Vintage Miscellany – March 18, 2018

I’ve posted photos of this unknown woman before, as she is featured in the small photo album of the Adirondacks that I have. This photo was not glued in the album, and I think it might be a bit later. Our sportswoman has taken to wearing her outing skirt a bit shorter than before.

And now for some news…

  •   Rita Moreno reached far back into her closet to find a dress for this year’s Oscar ceremony.
  •    FIT has started a new project, “The Fashion History Timeline is an open-access source for fashion history knowledge.”
  •    Blogger Leimomi Oakes decided to test the waters in a newly made Edwardian style wool bathing suit.
  •    “A uniform for intellectuals … Marimekko is for women whose way of wearing clothes is to forget what they have on.”
  •    DPLA (Digital Public Library of America) has a great feature on women’s impact on baseball.
  •    The story of a circa 1730 wedding dress and the girl who made it.
  •    Tim Gunn and Dr. Valerie Steele at The Museum at FIT’s 19th fashion symposium, Fashion and Physique,  which was held in February, 2018.
  •    The fashion legacy of Hubert de Givenchy.
  •     Jimmy Fallon ordered a lot of junk from the Trump store so he could see where the products were made. No surprise that most of the stuff was made in China, but two items, including a doggie bandana, had no country of origin on the product, a violation of law. Fallow has filed a complaint.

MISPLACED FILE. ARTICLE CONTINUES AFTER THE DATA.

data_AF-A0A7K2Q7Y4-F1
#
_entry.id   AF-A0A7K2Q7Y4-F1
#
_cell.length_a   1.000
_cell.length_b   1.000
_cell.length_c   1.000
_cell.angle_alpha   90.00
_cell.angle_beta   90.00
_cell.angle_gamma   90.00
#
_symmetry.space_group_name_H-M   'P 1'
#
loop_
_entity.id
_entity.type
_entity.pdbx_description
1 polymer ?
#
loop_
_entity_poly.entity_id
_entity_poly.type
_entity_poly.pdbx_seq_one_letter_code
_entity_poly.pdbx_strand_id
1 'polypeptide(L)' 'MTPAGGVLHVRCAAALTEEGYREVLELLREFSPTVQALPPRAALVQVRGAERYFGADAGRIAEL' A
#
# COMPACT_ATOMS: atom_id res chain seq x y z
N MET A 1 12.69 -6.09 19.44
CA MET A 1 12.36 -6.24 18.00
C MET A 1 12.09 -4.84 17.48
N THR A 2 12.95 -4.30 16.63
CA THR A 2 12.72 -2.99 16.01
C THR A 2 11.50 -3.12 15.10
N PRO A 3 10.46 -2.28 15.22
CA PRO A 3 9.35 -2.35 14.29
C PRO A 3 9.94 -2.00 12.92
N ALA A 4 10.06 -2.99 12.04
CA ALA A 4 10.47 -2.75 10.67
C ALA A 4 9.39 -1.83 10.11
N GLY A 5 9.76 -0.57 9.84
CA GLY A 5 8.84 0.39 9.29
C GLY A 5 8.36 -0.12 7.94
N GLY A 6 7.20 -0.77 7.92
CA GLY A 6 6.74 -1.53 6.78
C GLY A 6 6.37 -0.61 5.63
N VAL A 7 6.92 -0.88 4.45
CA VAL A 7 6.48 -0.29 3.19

•   Besides the obvious fact that Trump campaigned on an “America First” platform, is there any tradition that the first family should be following in regards to fashion?
  •    Last of all, let’s talk about museums. Every year the de Young Museum in San Francisco has a very popular show in which local flower arrangers display their work which is inspired by art in the museum. The show is so popular with people taking photos that the museum has set aside a period of time as “photo free.” As expected, some people love it, and others hate it, but the article does a good job of presenting both sides of the issue.
  • When I started writing this blog in 2005, it was very common for cameras to be banned in museums. That’s why I started sketching in museums. But as the camera phone became ubiquitous, and social media became increasingly visual, many museums began changing their policies. It makes sense. A good Instagram photo can be valuable publicity.  Today I use my camera a lot more, but a museum experience is not just about taking a lot of great photos to put online. It’s about what you can see and learn.



Filed under Vintage Miscellany

7 responses to “Vintage Miscellany – March 18, 2018

  1. Am I crazy or does the 1730s dress look much more like it is from the 1830s? Is it possible they made a mistake?


  2. ceci

    I’m always startled by picture taking in museums – I wonder how well the phone photos of a recent Vermeer exhibit really came out? They had a fabulous brochure but with tiny postage stamp pictures, so the phone photos might have complemented that?



  3. Christine

    I ALWAYS read your Vintage Miscellany posts. Even before I follow most of the links, you’ve piqued my interest, brought up a new idea, or found a link to expand on a topic I’m already familiar with or interested in. Thank you so much


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